The Globalization of Basketball: Latin America (Part 1)
Street Court in Mexico
By Joshua Motenko
The global expansion of basketball can now be traced like a diaspora throughout the world. The cultural popularity of the sport is growing exponentially and is well documented in China, Africa and throughout Europe. However, the most recent flood of talent into the NBA is migrating from Latin America, where there are a signficant number of young prospects with legitimate NBA potential. I traveled for 6 months through Central and South America to get a closer look at the international development of the game from an anthropological perspective. I set out to discover how the game changes when translated into other cultures and languages, and how these international translations are in turn changing the game we see at home.
The Spread of The Game
Throughout Latin America, a place of wildly diverse climate and geography layouts, the basketball landscape is as varied as the environmental topography. Despite the growth we have observed in the sport around the world, basketball is certainly not yet a way of life in Central and South America. Yet wherever you go people are playing the game. Even in Zapatista villages in the jungle hills of Chiapas, Mexico, where the people are known more for their militant indigenous-rights-based political revolution than anything else, basketball courts exist. Though the courts are used to dry coffee beans during the day, you will always find at least one boy working on his game in the afternoon just as you might in rural Indiana. You only need to take a look up at the backboards for evidence of the immersion of the sport with the local culture. This is where their political agenda is written, "Democracy, Liberty, Justice." While the level of play in rural areas of Latin America is not much to speak of, the reach of the game to the outskirts of the globe is astounding.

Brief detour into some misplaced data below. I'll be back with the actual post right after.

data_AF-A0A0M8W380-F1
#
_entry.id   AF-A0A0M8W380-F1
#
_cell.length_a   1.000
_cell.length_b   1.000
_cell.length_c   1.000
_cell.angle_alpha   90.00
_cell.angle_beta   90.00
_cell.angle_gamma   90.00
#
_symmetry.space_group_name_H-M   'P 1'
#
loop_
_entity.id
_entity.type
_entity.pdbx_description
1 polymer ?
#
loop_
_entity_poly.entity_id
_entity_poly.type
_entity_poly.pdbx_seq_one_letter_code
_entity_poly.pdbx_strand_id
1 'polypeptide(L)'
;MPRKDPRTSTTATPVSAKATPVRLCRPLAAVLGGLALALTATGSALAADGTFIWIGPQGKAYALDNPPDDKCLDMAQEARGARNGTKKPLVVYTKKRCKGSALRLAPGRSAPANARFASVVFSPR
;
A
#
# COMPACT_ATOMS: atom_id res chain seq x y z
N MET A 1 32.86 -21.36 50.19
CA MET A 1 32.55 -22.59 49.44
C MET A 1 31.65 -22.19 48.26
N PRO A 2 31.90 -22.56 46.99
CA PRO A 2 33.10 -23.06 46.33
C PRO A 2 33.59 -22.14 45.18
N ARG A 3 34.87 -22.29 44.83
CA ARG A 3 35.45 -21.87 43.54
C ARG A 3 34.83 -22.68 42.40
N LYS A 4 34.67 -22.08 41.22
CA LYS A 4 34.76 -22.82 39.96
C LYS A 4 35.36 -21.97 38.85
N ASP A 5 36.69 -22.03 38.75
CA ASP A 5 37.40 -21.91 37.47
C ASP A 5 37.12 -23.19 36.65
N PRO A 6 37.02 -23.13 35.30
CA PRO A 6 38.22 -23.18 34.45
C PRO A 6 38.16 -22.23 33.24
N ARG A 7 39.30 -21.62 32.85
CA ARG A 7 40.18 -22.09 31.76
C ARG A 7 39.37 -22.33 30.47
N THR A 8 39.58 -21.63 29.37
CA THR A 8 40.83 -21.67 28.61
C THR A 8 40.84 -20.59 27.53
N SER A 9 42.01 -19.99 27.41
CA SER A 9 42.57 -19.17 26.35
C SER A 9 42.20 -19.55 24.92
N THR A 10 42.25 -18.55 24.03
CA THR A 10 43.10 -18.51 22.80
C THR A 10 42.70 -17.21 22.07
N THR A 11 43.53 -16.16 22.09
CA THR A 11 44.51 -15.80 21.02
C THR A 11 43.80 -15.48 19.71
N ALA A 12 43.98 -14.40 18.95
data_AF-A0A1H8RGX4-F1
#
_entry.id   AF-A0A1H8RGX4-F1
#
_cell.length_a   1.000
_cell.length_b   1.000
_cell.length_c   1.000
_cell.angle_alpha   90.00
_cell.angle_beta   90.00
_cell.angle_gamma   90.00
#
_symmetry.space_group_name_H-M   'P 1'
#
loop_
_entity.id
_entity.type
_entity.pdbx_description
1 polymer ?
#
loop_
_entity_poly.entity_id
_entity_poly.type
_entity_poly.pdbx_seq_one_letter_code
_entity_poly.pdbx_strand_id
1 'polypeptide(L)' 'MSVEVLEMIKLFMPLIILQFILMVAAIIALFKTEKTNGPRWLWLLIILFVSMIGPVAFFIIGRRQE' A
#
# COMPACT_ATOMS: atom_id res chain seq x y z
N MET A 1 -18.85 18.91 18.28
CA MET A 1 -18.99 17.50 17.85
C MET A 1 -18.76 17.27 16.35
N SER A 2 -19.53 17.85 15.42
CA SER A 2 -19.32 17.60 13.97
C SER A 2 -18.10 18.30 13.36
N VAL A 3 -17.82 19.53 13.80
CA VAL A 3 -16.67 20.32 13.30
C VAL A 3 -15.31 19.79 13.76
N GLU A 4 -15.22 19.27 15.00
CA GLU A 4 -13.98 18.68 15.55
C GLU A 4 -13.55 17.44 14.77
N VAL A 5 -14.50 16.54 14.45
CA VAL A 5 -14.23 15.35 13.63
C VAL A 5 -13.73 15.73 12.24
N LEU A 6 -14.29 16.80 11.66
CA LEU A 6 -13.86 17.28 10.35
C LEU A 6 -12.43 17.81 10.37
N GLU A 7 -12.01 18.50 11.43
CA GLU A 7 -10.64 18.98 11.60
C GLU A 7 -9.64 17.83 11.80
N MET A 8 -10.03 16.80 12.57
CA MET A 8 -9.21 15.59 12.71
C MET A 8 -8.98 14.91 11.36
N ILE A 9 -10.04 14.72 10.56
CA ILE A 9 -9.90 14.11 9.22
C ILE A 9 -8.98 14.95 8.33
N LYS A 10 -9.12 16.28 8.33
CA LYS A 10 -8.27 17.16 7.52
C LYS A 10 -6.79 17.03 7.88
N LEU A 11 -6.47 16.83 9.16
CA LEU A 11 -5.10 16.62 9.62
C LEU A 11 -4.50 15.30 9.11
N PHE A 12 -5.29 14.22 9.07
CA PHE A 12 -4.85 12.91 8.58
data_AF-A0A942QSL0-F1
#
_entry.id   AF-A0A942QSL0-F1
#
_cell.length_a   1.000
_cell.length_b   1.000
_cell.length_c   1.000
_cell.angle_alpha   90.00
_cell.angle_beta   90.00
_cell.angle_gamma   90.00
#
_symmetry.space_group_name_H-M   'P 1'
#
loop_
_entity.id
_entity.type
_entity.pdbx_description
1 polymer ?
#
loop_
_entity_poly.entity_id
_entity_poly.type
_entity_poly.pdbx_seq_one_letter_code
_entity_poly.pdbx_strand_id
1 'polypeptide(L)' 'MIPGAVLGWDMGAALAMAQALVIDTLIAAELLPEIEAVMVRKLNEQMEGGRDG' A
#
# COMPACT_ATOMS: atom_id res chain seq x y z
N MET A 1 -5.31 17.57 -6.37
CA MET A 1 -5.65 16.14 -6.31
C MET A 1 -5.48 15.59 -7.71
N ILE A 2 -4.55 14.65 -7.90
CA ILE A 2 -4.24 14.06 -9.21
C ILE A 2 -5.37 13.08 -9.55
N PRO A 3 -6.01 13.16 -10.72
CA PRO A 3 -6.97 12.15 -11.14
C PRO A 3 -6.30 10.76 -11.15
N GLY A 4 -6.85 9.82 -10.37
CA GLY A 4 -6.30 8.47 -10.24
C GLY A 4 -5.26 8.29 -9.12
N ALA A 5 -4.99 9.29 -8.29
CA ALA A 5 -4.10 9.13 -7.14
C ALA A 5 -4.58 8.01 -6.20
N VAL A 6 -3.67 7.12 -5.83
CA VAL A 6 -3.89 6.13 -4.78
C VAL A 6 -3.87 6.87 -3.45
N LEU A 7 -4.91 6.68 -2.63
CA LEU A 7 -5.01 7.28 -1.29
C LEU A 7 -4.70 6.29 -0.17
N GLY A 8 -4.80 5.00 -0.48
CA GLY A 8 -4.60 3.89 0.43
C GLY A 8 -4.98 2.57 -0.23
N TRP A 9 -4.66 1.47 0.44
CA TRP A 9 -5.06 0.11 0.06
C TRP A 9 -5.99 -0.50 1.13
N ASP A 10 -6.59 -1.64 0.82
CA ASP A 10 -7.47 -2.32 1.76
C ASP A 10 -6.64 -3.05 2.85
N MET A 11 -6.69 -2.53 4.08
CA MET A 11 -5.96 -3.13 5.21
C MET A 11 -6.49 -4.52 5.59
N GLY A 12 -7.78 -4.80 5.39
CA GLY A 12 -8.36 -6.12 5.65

The growth of basketball throughout the region is somewhat unexpected. The sport is always competing for national attention and funding with the continent's number one athletic attraction, futból (soccer). Basketball also has to compete with baseball in Central American countries like El Salvador, Nicaragua and Cuba, as well as volleyball in South America, most notably in Brazil and Argentina, where the volleyball is at its best. However, the basketball being played in futból -dominated countries is often influenced by futból, although this seems to differ depending on the economic development of the country.
Nené and Eduardo Najera at the 2005 Adidas Superstar Camp in Sao Paulo, Brazil.
Photographer: Denis Maestrello
In less developed countries without the luxury of good basketball coaches and a thorough understanding of the game, the influence of futból is especially apparent on basketball courts. Because passing the ball is the only way to advance play in futból, passing is a natural instinct when futból players step on the basketball court. Players often have a more instinctual understanding of offensive spacing on the floor, leading to a higher chance of exploiting the defense. This is true especially during fast breaks. Of course you will always find players who love to dribble the ball, but the importance of advancing play with the pass is often a natural idea even for pre-adolescent Latino players. However, in countries like Brazil and Argentina with first world basketball infrastructure, these natural tendencies are harnessed and seem to create a penchant for players with higher basketball IQs, and general understanding of teamwork. If this sounds like a typical description of European style basketball, it's only logical to look at the popularity of futból there as well. This is just one example of how basketball in Latin America has adapted to cultural differences.
The popularity and unique translation of basketball in these countries is just now beginning to dramatically affect in the NBA. The Latino influence on U.S. basketball only came to the attention of the general basketball public in 2003 when Argentinean Manu Ginobili and Brazilian Nené both scored double digits in points per game for the year, solidifying them as impact players at the highest level of play. Yet it could be argued that the current South American influence began in 2002, the year Manu Ginobili joined the San Antonio Spurs, and the same year in which Nené (and 6'9" famous Argentinean power forward Luis Scola) was drafted. Either way, across the United States, Nené and Ginobili are household names from a region that is changing the game rapidly before our eyes.